I wanted to find an unbiased way to rank prospects based on an individual score. I created PARS (Prospect Aggregate Rating System), which rates and ranks players using a custom, proprietary formula. Players are graded in 7 categories and receive a final score between -220 and 660. This number is then converted to the 0-100 scale. Each category is weighted differently, with more emphasis placed on certain stats than others.
PARS focuses more on percentages and ratios than counting stats. Counting stats are often not indicative of true talent level, as there are many factors, independent of player skills, at play. For example, RBI and Runs are ignored for hitters, and Wins and Saves are ignored for pitchers.
For hitters, wRC+, wOBA, ISO, BB%, and K% are all included in the PARS formula, to varying degrees. In my research, I have found wOBA and ISO to be superior to OBP and SLG. For pitchers, WHIP, GB%, HR rate, K rate, and BB rate are all included, also to varying degrees. Other stats that are factored into the final score are BABIP and LD% for hitters, as well as LOB% for pitchers. With these, we are looking more for anomalies and outliers than anything else.
Proximity to the majors is another piece of the formula, though weighted less than performance. This makes it difficult for a prospect tearing up the DSL to rank in the top 50, however, as past performance/track record will raise or lower a player’s score. Without a track record of success, your overall highest possible score is lower. This helps boost AA and AAA player scores, as these players are performing at the highest levels of the minors, and are closest to helping in the majors. Success at AA is much more predictive of future success than success at the Complex.
Scores are also affected by numerous other factors, including hit tool, pitcher arsenal, age-to-level, pedigree, and more. For example, a first round pick with an elite hit tool struggling in their first taste of rookie ball will receive a higher score than a player at the same level with the exact same stats, who is old for the level and drafted in the 28th round.
Once #Statcast metrics are readily available for all of @MiLB, the formula will change dramatically. Until then, slight occasional tweaks/improvements to the formula as I learn, and get feedback, will see player scores change slightly here and there.
— Who Asked You? Fantasy Baseball Advice (@PARSlist) August 28, 2021
Counting stats are factored into PARS within a custom stat called BBPG (Bombs + Bags Per Game). This adds HR and SB and divides the total by the number of games played. I wanted to find a way to recognize players who profile as potential power/speed threats. The Trouts and Acunas will shine on their other merits, but what about the Cedric Mullins, Randy Arozarenas, and Trent Grishams? This helps these players not slip through the cracks. Due to the quality of catchers and significant rule changes in A ball and below, stolen bases count as 0.5 at these levels.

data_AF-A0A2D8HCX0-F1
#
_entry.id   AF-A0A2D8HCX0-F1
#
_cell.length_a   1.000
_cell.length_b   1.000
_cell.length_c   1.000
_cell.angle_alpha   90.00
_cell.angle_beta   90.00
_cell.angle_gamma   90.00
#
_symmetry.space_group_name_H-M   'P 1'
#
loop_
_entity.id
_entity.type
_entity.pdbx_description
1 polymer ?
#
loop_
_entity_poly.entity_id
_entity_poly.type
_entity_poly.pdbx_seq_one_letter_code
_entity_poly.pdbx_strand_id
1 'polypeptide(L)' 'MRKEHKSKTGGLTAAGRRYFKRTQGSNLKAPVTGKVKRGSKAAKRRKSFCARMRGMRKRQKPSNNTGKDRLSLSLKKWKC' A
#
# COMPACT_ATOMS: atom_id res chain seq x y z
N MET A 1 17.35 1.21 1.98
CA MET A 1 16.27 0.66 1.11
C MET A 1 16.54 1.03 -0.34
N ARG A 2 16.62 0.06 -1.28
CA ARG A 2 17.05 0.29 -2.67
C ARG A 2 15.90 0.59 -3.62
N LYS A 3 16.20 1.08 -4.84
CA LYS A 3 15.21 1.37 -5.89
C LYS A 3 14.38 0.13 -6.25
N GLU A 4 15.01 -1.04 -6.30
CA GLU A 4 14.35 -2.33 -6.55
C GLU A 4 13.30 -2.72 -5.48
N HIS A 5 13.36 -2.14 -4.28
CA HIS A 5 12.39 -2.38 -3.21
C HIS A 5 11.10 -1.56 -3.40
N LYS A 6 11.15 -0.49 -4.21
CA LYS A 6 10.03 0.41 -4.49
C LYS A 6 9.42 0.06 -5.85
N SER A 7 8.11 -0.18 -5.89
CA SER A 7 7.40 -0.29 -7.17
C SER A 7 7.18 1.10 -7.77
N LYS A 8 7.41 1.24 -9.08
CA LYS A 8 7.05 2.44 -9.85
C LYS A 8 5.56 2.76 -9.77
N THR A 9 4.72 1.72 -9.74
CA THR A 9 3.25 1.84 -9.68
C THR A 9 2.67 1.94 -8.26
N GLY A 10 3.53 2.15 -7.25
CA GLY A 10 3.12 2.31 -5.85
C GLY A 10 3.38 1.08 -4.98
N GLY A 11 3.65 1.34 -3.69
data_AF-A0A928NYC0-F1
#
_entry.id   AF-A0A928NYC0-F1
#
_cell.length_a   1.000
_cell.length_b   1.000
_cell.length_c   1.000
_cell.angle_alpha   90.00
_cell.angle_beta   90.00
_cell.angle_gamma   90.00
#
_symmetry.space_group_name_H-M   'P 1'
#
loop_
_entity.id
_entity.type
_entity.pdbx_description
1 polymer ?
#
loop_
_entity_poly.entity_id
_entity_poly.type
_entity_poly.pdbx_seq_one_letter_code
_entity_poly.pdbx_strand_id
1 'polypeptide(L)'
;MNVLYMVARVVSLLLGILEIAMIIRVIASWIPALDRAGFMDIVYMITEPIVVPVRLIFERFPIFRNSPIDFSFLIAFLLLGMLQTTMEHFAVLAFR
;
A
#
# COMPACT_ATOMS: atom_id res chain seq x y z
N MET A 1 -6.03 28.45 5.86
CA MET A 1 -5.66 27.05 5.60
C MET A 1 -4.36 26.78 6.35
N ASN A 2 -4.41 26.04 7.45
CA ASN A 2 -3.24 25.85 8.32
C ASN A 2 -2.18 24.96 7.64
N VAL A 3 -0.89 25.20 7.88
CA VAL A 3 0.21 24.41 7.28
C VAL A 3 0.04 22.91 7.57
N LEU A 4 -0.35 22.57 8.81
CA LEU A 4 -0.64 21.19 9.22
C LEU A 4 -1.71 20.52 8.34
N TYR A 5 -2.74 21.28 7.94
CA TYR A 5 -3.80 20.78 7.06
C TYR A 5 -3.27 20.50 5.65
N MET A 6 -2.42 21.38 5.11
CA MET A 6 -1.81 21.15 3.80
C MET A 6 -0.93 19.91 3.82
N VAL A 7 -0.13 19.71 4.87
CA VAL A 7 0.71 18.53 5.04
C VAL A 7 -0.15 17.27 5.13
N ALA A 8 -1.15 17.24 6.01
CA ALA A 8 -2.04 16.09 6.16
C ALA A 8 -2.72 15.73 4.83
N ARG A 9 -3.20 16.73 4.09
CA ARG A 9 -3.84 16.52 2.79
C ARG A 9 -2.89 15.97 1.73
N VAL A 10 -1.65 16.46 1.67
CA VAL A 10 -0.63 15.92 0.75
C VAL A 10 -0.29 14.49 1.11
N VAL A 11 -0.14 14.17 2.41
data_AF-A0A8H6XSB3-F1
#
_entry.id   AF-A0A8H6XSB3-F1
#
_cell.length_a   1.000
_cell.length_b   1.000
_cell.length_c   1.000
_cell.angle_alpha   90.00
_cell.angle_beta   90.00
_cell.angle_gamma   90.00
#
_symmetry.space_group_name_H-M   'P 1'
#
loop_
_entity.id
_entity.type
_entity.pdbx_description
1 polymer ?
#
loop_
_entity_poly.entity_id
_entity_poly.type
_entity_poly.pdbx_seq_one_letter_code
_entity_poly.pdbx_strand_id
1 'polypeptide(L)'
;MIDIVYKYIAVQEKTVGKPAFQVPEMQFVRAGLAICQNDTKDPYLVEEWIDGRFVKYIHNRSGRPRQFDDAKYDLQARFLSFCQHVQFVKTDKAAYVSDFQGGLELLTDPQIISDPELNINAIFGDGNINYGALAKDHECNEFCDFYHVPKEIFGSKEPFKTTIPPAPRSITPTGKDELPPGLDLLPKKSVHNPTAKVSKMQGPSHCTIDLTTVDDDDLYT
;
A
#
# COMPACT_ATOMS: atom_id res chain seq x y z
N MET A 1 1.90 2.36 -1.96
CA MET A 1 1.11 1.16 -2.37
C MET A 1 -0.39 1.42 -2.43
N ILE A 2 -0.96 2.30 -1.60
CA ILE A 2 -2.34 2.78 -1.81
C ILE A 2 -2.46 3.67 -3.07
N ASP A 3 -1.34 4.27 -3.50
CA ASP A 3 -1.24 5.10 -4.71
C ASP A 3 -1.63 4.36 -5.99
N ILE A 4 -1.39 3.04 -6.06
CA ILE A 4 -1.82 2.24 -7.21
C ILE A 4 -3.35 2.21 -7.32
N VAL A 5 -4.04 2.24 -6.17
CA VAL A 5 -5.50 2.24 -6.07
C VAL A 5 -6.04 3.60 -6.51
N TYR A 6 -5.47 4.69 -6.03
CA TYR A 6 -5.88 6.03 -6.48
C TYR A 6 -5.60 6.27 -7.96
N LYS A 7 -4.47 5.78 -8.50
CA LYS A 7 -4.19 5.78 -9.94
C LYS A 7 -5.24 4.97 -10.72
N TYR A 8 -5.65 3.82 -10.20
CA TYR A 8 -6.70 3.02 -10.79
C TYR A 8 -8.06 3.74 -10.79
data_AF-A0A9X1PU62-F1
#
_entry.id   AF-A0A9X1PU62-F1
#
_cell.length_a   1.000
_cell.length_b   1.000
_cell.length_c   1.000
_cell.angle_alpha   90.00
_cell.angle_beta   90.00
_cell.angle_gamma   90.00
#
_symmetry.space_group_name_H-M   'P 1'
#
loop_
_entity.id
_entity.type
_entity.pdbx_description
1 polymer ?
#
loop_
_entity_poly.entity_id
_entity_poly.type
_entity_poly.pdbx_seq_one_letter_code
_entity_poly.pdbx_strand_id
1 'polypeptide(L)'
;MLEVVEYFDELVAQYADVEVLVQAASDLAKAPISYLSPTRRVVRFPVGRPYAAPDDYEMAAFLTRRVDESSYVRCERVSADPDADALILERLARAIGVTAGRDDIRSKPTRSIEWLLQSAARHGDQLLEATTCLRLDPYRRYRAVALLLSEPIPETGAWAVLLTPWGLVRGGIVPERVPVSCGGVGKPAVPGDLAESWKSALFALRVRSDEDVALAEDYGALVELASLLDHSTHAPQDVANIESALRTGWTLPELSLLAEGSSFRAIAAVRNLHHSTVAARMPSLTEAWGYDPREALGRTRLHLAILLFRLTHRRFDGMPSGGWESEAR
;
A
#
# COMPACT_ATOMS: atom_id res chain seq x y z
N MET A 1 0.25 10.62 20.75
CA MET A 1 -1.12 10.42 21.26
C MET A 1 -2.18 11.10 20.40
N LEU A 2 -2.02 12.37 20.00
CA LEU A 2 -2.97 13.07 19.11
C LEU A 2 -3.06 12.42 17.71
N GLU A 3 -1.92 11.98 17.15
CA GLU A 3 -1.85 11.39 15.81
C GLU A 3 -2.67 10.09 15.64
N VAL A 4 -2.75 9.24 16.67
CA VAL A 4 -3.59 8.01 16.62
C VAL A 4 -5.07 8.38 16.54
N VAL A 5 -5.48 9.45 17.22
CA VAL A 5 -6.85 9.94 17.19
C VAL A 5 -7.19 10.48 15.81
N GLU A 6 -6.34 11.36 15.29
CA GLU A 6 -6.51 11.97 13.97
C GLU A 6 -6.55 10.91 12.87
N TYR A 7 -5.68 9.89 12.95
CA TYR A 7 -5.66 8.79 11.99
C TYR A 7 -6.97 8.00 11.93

PARS is Fluid:
As names are added to the list based on their PARS score, the rankings of prospects below them will change. The #20 prospect today can be #25 tomorrow. It is a fluid list, with new names added, performances changing, and players receiving promotions. Also, if Statcast metrics, such as exit velocity and spin rate, ever become as widely accessible for minor leaguers as they are for big leaguers, needless to say, the formula will see a pretty decent facelift.
Follow the List:
To access the PARS list at any time, click bit.ly/PARSlist or type that URL (case sensitive) into any browser (including mobile). To follow along with daily player additions or other updates, follow the hashtag #PARSlist on Twitter. You can also find me @PARSlist on Twitter. I am always happy to take player requests for the list, as well as hear any suggestions or feedback that you may have.
The #PARSlist is now over 300 players, as well as more than 1,100 page visits!! Wow! Thanks to everyone who has made suggestions, I’m working hard to get them added. The goal is 500 players by the end of September. Full list coming later. Time for a break 🙂
— Who Asked You? Fantasy Baseball Advice (@PARSlist) August 30, 2021
Ever since I was 6 years old, and I held my very first baseball card, I loved baseball. It was a 1986 Topps card. I grew up in Staten Island, NY (but rooted for the A's), moved to Seattle in 2006, then to Germany in 2015, and finally back to the east coast in 2017. I live in New Jersey with my wife, daughter, and 2 dogs. I'm a pharmacist, but that's only to pay the bills. I'm 100% a baseball guy. My idle message at work says "Probably thinking about baseball". Currently, my focus is on minor league baseball, specifically deep league prospects. I am working on a new rating system called PARS, and hope to learn more about the game I love in my studies.